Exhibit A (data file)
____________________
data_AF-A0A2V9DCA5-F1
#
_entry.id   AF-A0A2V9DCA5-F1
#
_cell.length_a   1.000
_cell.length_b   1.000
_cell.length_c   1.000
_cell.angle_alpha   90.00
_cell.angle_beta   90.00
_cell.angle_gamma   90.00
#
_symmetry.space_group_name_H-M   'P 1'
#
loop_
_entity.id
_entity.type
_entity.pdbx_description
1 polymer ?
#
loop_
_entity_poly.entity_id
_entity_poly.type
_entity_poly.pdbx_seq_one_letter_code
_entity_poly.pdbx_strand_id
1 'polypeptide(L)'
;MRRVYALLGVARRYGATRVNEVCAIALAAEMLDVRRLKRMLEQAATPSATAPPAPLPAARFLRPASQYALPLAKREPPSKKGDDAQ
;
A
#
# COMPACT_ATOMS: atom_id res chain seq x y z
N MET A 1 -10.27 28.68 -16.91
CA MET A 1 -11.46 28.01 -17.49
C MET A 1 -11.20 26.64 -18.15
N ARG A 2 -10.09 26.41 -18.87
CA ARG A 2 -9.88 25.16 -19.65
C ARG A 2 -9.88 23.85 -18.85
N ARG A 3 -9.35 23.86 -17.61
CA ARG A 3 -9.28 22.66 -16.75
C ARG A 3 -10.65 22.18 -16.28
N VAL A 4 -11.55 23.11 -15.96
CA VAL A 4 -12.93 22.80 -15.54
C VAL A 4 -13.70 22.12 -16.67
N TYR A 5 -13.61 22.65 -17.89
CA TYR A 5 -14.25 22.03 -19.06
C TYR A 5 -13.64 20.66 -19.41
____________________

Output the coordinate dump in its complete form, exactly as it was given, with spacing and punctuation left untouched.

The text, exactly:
data_AF-A0A2V9DCA5-F1
#
_entry.id   AF-A0A2V9DCA5-F1
#
_cell.length_a   1.000
_cell.length_b   1.000
_cell.length_c   1.000
_cell.angle_alpha   90.00
_cell.angle_beta   90.00
_cell.angle_gamma   90.00
#
_symmetry.space_group_name_H-M   'P 1'
#
loop_
_entity.id
_entity.type
_entity.pdbx_description
1 polymer ?
#
loop_
_entity_poly.entity_id
_entity_poly.type
_entity_poly.pdbx_seq_one_letter_code
_entity_poly.pdbx_strand_id
1 'polypeptide(L)'
;MRRVYALLGVARRYGATRVNEVCAIALAAEMLDVRRLKRMLEQAATPSATAPPAPLPAARFLRPASQYALPLAKREPPSKKGDDAQ
;
A
#
# COMPACT_ATOMS: atom_id res chain seq x y z
N MET A 1 -10.27 28.68 -16.91
CA MET A 1 -11.46 28.01 -17.49
C MET A 1 -11.20 26.64 -18.15
N ARG A 2 -10.09 26.41 -18.87
CA ARG A 2 -9.88 25.16 -19.65
C ARG A 2 -9.88 23.85 -18.85
N ARG A 3 -9.35 23.86 -17.61
CA ARG A 3 -9.28 22.66 -16.75
C ARG A 3 -10.65 22.18 -16.28
N VAL A 4 -11.55 23.11 -15.96
CA VAL A 4 -12.93 22.80 -15.54
C VAL A 4 -13.70 22.12 -16.67
N TYR A 5 -13.61 22.65 -17.89
CA TYR A 5 -14.25 22.03 -19.06
C TYR A 5 -13.64 20.66 -19.41